The Confederacy in 1861 had 297 towns and cities with a total population of 835,000 people, 162 of which were at one point occupied by Union forces with a total population of 681,000 people. In practically every case, infrastructure was damaged, and trade and economic activity was disrupted for a while. Eleven cities were severely damaged by war action, including Atlanta, Charleston, Columbia, and Richmond. The rate of damage in smaller towns was much lower, with severe damage to 45 out of a total of 830.[10]

Farms were in disrepair, and the prewar stock of horses, mules, and cattle was much depleted; 40% of the South's livestock had been killed.[11] The South's farms were not highly mechanized, but the value of farm implements and machinery in the 1860 census was $81 million and had been reduced by 40% by 1870.[12] The transportation infrastructure lay in ruins, with little railroad or riverboat service available to move crops and animals to market.[13] Railroad mileage was located mostly in rural areas and over two thirds of the South's rails, bridges, rail yards, repair shops, and rolling stock were in areas reached by Union armies, which systematically destroyed what they could. Even in untouched areas, the lack of maintenance and repair, the absence of new equipment, the heavy overuse, and the relocation of equipment by the Confederacy from remote areas to the war zone ensured the system would be ruined at war's end.[14]

The enormous cost of the Confederate war effort took a high toll on the South's economic infrastructure. The direct costs to the Confederacy in human capital, government expenditures, and physical destruction totaled perhaps $3.3 billion. By 1865, the Confederate dollar was worthless because of high inflation, and people in the South had to resort to bartering for goods or services to use scarce Union dollars. With the emancipation of the slaves, the entire economy of the South had to be rebuilt. Having lost their enormous investment in slaves, white planters had minimal capital to pay freedmen workers to bring in crops. As a result, a system of sharecropping was developed in which landowners broke up large plantations and rented small lots to the freedmen and their families. The main feature of the Southern economy changed from an elite minority of landed gentry slaveholders to a tenant farming agriculture system. The disruption of finance, trade, services, and transportation nodes severely disrupted the prewar agricultural system and forced Southerners to turn to barter. The entire region was impoverished for generations.[15]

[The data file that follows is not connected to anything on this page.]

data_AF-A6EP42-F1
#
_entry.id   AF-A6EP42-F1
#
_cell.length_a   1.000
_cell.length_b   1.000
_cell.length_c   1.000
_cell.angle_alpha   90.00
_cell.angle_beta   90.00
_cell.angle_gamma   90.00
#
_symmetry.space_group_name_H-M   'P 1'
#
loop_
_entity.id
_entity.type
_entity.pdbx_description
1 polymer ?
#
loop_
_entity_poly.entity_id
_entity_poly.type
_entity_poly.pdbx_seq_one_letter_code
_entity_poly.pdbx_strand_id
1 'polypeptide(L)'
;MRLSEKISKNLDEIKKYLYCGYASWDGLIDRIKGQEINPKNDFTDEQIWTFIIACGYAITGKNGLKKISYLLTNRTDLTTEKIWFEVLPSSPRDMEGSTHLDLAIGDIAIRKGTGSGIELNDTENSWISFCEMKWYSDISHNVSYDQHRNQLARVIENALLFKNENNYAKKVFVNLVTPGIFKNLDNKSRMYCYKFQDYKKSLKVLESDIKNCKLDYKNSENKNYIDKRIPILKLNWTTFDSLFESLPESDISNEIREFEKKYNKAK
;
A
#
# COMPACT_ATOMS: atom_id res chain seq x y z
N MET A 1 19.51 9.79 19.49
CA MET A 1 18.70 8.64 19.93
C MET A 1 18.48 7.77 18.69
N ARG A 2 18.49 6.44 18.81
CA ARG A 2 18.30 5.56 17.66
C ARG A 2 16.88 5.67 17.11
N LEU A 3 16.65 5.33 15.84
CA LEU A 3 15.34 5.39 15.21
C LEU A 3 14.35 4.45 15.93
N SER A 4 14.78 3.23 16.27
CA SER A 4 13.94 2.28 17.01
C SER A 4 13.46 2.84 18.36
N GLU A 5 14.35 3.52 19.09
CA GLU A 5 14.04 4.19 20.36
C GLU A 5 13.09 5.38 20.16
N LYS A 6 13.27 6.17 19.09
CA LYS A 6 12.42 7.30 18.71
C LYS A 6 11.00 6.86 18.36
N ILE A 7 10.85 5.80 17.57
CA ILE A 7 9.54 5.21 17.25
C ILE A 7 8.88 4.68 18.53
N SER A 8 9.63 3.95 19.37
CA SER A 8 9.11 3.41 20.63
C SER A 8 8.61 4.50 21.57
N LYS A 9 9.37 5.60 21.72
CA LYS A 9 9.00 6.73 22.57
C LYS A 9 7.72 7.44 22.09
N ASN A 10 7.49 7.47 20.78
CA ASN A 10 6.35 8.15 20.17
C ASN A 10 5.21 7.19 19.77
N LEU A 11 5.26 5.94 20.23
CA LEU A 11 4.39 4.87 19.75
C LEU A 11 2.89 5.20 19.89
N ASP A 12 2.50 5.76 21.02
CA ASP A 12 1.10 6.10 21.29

World War I

Main article: Blockade of Germany (1914–1919)

Further information: Turnip Winter

The British used their greatly-superior Royal Navy to cause a tight blockade of Germany and a close monitoring of shipments to neutral countries to prevent them from being transshipped to there. Germany could not find enough food since its younger farmers were all in the army, and the desperate Germans were eating turnips by the winter of 1916–17.[16][17] US shipping was sometimes seized, and Washington protested. The British paid monetary compensation so that the American protests would not escalate into serious trouble.[18]

World War II

See also: Sanctions against Japan

Clear examples of economic warfare occurred during World War II when the Allied powers followed such policies to deprive the Axis economies of critical resources. The British Royal Navy again blockaded Germany although with much more difficulty than in 1914.[19] The US Navy, especially its submarines, cut off shipments of oil and food to Japan.

In turn, Germany attempted to damage the Allied war effort via submarine warfare: the sinking of transport ships carrying supplies, raw materials, and essential war-related items such as food and oil.[20] As the Allied air forces grew, they mounted an Oil campaign of World War II to deprive Germany of fuel.